After starting the MPH program at UF, I met two pivotal UF mentors, Dr. Sarah McKune and Dr. Arie Havelaar. Through Dr. McKune, I became an MPH Biostatical intern, helping work on Dr. McKune’s Burkina Faso data set that assessed child malnutrition in villages over one year. While doing this, I left my position at the MCS research lab and started another intern position with Dr. Havelaar focused on building strong analytical skills. Once finished with the internship with Dr. McKune and graduating from the MPH program in 2017, I accepted a UF staff position, working under Dr. Havelaar, that focused on studying the prevalence of foodborne disease in three African countries by building attribution estimates on the World Health Organization’s Foodborne Epidemiology Research Groups data set. In this project, I had the opportunity to travel to Ethiopia in early March 2020 to meet with project stakeholders, which was one of the most amazing experiences of my life.
Once the pandemic started, I had to shift to working remotely. During this time, my husband and I decided to fulfill one of our dreams of moving west to Tucson, Arizona. It was here that I was able to find a job locally as an Epidemiologist with the Pima County Health Department (PCHD). Epidemiology was always highly interesting to me, and now during a pandemic, I felt such a connection and drive to assist PCHD in their efforts to protect the communities they serve by doing good work for the people of Pima County.
Lucky, I love innovative spaces and started to see a unique opportunity in front of me as the months progressed. The team I was serving on still did not have a manager. I applied for the role of Public Health Data Services Program Manager and was offered the position. I am now beginning to create a team that can break down structure, build relationships with the Biostatical Department at the University of Arizona to solidify our Academic Health Department status, secure grants for publishing PCHD findings, and create an Academic-Public Health hybrid team model that will move PCHD into a 21st-century Public Health entity.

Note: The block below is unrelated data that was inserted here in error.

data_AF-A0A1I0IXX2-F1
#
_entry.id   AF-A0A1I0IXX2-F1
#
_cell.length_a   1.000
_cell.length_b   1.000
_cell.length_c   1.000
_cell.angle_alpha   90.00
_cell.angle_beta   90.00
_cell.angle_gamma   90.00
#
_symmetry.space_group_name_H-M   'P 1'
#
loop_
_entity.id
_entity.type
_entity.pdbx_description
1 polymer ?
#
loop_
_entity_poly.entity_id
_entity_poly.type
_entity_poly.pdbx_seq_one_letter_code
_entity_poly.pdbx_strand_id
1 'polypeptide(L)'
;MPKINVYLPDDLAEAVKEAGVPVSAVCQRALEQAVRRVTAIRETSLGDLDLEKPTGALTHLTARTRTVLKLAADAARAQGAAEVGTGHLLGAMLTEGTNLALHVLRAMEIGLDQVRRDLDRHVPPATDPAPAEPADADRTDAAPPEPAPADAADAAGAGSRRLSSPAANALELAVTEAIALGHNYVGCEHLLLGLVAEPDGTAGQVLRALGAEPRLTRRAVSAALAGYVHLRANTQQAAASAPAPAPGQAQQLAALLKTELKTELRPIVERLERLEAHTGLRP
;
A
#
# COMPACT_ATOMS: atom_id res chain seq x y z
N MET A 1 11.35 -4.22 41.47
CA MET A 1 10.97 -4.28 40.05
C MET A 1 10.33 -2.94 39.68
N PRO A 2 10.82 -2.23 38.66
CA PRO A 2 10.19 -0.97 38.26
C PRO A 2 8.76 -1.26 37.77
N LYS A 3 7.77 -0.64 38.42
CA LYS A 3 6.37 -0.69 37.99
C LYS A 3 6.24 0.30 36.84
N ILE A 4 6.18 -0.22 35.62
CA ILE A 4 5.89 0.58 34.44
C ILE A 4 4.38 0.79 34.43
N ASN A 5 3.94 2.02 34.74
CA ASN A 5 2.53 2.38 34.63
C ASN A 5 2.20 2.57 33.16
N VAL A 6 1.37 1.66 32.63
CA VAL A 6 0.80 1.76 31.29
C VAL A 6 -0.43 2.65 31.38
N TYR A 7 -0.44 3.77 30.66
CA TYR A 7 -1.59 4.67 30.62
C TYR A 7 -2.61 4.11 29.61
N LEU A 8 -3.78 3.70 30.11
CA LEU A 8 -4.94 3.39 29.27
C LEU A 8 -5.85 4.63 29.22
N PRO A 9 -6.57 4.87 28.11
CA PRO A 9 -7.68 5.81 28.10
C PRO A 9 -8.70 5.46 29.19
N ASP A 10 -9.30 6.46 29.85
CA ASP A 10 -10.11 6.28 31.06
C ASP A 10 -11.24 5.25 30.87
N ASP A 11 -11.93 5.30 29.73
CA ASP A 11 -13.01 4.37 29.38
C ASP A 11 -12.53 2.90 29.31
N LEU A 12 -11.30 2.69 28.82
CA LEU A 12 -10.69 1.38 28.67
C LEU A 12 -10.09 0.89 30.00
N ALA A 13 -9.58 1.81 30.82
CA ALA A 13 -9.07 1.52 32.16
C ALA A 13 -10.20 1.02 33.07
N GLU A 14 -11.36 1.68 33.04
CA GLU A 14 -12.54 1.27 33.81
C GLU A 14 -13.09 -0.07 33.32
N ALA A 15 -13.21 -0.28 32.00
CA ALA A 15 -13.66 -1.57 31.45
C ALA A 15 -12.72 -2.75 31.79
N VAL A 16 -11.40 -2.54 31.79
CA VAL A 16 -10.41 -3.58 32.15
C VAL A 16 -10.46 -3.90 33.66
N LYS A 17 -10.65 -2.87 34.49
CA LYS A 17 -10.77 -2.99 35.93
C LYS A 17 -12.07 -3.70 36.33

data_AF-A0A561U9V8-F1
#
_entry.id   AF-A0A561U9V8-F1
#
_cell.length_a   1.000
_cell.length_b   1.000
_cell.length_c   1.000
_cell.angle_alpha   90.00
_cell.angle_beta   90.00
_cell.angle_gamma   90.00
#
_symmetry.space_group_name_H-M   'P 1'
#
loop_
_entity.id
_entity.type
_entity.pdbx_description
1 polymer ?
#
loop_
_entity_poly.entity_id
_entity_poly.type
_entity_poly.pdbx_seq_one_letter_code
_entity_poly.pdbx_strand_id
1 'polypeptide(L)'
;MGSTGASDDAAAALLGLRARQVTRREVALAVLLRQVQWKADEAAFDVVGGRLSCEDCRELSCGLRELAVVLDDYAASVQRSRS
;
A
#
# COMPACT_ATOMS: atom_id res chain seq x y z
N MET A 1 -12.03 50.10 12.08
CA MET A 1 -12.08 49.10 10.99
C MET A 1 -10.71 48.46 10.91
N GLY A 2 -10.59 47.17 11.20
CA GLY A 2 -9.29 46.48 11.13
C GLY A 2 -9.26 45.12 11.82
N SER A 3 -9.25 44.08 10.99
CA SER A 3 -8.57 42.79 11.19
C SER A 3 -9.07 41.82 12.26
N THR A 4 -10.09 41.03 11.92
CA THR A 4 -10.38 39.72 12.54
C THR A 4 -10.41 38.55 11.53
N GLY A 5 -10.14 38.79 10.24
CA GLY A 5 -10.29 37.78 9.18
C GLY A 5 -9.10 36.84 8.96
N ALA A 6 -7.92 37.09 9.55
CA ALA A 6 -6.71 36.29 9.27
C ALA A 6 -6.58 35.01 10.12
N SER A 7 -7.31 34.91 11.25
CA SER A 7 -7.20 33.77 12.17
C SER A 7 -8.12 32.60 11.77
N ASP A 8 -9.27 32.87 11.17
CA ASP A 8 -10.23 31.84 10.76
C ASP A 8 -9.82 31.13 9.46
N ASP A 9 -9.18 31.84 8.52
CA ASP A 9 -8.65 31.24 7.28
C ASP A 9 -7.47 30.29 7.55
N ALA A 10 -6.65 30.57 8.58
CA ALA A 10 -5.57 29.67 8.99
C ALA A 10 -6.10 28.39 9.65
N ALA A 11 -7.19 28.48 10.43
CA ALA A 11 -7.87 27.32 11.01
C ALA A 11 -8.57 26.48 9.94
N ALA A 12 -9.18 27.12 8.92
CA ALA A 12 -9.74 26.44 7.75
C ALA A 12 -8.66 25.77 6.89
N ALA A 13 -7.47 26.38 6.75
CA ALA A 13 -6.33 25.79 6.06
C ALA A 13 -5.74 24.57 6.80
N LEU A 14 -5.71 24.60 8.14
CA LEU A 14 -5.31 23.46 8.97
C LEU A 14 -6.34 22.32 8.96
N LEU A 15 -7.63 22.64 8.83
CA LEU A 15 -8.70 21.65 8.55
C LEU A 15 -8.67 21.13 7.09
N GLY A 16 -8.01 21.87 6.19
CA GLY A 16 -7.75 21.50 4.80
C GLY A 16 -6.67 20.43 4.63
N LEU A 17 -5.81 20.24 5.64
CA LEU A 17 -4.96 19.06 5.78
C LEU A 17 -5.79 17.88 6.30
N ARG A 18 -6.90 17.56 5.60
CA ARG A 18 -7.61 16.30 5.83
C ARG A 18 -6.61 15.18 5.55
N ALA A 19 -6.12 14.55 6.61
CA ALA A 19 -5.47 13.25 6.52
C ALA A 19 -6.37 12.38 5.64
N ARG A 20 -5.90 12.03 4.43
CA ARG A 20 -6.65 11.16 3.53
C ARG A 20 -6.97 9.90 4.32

Now that I am in the position I am in now, I often think, “how did this fall into place so perfectly?” The answer is mentorship. I met people who helped show me new opportunities I never knew existed. I forged relationships with these important mentors who I dearly respect and cannot thank enough. UF is an amazing place with amazing faculty. When considering pursuing your education through UF Online, listen to the voice inside your head that says, “Go for it!” To grow as an individual, we need to take chances and listen to guidance from successful people that may see things within us that we do not yet see. This is the lesson I learned from attending UF and having great mentors. Perspective is the key to a rewarding life and how you perceive challenges placed in front of you determines the roads you travel down. Do not be afraid of the unknown. If you embrace it, your dreams may just fall perfectly into place.
If you would like to learn more about applying to our microbiology program, please visit the degree page or register for one of our upcoming virtual information sessions.---
The University of Florida, ranked No. 5 in the list of top 10 best public universities by U.S. News & World Report, launched UF Online in January 2014. UF Online was ranked No. 3 in the 2021 rankings for the best online bachelor’s programs in the country by U.S. News & World Report. Students can select from 25 degree pathways across a variety of disciplines as well as nine minors and work with a dedicated academic advisor to design their own academic pathway. Degree programs are continually being added. Visit UF Online’s degrees page to learn more.